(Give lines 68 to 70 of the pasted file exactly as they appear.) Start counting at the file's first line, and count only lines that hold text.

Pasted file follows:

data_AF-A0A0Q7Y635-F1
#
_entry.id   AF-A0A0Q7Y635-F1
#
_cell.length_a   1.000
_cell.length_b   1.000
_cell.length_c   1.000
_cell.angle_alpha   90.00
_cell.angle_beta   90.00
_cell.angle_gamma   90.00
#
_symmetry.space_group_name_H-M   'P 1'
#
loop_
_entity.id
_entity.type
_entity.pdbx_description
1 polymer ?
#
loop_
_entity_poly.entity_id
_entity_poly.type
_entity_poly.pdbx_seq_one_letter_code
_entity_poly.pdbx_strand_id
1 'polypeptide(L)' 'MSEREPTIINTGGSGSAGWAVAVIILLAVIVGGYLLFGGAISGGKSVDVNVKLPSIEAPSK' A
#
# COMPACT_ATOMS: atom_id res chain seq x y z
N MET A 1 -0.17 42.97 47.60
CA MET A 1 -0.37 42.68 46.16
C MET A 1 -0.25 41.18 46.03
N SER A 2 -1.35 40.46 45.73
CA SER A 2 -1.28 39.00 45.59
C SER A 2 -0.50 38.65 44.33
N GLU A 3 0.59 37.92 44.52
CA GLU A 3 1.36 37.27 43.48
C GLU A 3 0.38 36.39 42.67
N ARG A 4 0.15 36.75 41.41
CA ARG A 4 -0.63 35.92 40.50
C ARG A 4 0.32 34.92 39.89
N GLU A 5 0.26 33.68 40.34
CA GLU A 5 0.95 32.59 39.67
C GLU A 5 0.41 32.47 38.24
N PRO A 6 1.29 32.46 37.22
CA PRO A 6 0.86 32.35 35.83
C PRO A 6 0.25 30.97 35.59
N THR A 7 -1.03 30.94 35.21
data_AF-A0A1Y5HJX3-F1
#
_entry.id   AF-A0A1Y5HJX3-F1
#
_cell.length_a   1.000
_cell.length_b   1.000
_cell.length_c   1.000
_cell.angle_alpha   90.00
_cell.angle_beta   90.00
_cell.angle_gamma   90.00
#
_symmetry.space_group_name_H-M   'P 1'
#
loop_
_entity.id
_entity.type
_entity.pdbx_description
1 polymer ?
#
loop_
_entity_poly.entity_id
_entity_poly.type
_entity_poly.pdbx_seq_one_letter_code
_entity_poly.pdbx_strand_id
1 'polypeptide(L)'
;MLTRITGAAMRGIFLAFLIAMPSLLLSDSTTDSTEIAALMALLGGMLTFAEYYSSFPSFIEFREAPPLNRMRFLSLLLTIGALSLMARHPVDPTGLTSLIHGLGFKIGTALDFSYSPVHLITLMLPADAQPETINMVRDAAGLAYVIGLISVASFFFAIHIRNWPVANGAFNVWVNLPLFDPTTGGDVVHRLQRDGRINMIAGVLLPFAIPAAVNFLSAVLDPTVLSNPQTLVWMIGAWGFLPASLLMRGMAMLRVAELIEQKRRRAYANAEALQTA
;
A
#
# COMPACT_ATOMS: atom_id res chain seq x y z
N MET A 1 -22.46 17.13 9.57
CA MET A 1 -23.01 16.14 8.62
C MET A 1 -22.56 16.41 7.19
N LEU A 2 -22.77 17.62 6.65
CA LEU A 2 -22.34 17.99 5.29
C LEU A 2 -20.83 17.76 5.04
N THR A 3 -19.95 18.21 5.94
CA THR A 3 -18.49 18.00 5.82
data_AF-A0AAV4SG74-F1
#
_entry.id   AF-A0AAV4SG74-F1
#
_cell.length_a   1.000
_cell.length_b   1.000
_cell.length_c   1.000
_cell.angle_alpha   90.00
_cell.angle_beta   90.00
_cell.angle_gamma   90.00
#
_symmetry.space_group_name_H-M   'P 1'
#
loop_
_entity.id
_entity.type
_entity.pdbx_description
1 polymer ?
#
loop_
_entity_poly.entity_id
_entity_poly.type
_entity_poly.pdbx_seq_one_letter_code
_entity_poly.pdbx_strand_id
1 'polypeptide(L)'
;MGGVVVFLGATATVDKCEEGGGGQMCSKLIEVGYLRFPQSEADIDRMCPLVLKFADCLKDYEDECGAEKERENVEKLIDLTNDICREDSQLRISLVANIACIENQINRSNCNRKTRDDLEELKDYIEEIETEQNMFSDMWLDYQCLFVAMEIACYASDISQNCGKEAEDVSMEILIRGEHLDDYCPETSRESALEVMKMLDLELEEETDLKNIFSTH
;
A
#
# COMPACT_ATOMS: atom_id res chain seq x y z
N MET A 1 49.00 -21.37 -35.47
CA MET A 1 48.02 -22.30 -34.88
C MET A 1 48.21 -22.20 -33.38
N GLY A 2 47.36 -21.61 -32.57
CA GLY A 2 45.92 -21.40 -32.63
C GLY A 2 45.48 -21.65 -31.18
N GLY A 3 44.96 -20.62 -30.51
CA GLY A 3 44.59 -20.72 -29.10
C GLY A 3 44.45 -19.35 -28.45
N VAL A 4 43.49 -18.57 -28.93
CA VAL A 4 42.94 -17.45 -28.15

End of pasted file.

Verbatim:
_entity_poly.type
_entity_poly.pdbx_seq_one_letter_code
_entity_poly.pdbx_strand_id